And on July 6, to round out the first week of the month, the Department of Justice, at the behest of Eric Holder, embarked on the stupidest lawsuit of the decade, suing the state of Arizona for attempting to protect itself from illegal immigrants.

That's just one week in the new millennium. We could go on -- we could go on endlessly (e.g., acting as an undertone to all these antics was the discovery that the new iPod 4 was designed with the antenna wrapped outside the casing, perfectly situated where caller's hands could easily cover it) -- but that's more than enough evidence to demonstrate that we've entered a kind of Age of the Yoyo. The incompetents rule. Mistake is piled on mistake. Errors multiply as if they were living organisms. We face a long, bleak prospect filled with ineptitude, idiocy, and failure, with no relief in sight, and I haven't even mentioned Obama yet. While there may be a light at the end of this tunnel, somebody forgot to put in the bulb.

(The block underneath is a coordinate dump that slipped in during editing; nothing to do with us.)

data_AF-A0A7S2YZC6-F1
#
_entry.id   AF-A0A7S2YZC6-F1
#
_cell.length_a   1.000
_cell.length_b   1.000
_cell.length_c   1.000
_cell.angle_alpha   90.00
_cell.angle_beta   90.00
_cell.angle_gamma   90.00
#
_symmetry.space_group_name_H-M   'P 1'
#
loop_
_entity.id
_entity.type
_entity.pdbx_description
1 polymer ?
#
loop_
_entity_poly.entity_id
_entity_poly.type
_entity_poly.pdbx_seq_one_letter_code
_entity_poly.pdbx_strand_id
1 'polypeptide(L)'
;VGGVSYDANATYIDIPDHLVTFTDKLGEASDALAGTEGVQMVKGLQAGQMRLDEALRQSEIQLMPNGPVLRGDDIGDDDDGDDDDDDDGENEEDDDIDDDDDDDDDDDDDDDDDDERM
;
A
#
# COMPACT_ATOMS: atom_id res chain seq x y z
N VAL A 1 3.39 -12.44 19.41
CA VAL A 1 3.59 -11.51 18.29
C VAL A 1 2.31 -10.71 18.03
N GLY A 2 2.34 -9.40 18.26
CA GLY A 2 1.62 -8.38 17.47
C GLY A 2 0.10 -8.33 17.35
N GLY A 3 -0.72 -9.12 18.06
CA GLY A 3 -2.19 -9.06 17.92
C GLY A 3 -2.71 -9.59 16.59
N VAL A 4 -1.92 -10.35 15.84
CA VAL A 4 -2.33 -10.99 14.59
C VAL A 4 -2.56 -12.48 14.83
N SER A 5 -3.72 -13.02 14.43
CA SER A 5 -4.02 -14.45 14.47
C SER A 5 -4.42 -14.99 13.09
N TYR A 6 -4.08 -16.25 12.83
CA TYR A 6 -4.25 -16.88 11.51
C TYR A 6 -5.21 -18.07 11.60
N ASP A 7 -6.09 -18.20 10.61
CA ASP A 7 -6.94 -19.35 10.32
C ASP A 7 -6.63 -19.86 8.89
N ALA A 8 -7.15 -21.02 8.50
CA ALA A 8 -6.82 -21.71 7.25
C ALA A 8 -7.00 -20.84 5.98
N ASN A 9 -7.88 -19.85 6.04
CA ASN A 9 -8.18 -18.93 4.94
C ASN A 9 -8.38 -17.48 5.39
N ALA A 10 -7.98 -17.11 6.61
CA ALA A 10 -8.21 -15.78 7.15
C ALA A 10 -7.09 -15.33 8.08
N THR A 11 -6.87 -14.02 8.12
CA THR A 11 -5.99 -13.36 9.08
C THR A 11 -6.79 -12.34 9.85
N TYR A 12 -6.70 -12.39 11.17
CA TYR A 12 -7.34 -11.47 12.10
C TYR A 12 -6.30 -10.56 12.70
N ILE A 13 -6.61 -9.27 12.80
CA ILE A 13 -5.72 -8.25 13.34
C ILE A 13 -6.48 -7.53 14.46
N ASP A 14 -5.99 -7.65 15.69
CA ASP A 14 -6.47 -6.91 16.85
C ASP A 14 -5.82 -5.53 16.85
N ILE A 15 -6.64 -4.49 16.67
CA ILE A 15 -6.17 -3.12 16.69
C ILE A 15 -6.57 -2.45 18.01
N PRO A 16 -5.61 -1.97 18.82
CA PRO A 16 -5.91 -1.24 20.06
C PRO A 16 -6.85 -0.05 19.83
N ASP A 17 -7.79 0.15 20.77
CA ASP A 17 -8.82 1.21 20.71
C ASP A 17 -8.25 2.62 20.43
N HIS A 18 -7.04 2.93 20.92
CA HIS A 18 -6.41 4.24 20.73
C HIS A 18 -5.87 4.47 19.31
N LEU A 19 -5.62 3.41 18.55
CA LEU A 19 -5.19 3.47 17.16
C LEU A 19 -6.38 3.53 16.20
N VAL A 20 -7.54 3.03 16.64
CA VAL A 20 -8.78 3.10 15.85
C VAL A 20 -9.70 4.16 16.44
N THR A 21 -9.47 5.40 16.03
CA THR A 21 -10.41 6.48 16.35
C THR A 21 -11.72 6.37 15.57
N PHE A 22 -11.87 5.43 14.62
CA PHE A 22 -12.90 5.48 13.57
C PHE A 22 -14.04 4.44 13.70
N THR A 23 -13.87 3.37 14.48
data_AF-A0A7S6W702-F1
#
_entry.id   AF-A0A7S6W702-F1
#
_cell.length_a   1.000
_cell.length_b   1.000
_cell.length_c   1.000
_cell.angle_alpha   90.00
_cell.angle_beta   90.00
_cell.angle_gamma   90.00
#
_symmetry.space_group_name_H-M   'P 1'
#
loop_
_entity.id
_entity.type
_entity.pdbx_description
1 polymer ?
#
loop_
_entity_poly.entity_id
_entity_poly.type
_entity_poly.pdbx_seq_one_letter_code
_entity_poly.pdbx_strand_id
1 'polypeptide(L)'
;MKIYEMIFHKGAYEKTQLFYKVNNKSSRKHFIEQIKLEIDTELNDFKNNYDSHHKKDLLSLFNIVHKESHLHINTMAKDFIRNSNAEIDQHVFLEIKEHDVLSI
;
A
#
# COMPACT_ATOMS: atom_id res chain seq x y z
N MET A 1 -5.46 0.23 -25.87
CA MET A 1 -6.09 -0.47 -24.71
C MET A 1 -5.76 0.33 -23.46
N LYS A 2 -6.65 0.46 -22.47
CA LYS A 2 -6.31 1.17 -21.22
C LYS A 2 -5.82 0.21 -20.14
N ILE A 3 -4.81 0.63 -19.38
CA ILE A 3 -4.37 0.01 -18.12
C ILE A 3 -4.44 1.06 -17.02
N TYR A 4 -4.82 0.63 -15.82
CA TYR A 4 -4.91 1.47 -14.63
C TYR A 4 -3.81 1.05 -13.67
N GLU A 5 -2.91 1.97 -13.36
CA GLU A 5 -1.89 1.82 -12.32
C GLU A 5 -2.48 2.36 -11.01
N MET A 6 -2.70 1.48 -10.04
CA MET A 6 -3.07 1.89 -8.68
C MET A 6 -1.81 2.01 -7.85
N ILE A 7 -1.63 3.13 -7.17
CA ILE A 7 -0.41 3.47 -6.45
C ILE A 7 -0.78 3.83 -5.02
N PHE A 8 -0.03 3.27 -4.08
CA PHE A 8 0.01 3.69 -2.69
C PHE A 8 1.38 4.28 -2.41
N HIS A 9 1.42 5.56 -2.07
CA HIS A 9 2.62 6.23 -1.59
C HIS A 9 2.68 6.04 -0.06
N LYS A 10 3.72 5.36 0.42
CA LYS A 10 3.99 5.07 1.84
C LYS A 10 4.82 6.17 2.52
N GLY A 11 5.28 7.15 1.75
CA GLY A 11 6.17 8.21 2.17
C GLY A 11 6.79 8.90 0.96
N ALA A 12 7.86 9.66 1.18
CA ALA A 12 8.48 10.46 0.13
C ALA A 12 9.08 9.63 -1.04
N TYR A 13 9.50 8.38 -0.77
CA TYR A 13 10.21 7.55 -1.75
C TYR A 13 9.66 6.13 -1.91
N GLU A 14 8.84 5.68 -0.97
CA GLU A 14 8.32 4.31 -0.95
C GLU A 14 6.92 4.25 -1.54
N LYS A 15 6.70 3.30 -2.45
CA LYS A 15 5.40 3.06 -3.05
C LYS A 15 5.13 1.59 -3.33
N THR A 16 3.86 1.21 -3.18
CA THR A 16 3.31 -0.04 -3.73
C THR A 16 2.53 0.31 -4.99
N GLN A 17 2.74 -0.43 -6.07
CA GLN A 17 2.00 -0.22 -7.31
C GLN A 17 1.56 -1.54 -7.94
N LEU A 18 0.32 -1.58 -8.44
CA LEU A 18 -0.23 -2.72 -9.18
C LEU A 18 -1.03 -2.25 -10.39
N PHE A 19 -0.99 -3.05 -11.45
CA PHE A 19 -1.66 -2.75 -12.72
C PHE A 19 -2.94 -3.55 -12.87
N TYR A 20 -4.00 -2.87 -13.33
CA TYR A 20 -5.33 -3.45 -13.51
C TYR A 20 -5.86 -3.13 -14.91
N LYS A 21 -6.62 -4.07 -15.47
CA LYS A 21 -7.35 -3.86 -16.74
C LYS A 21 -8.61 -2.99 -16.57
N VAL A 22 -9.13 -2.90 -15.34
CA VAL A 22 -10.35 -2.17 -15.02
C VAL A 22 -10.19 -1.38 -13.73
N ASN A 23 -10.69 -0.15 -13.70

Granted, things will go wrong no matter the epoch. No epoch has ever been totally free of error. But there does seem to be a cycle (perhaps more than one, operating at different times and amplitudes) in which ineptitude and its results vary according to as-yet-unknown parameters. At the high point of the cycle, things work, competence is respected, few mistakes are made, and those are quickly dealt with. At the low point, the foolish are in command, disasters accrue, and we get community organizers elected president.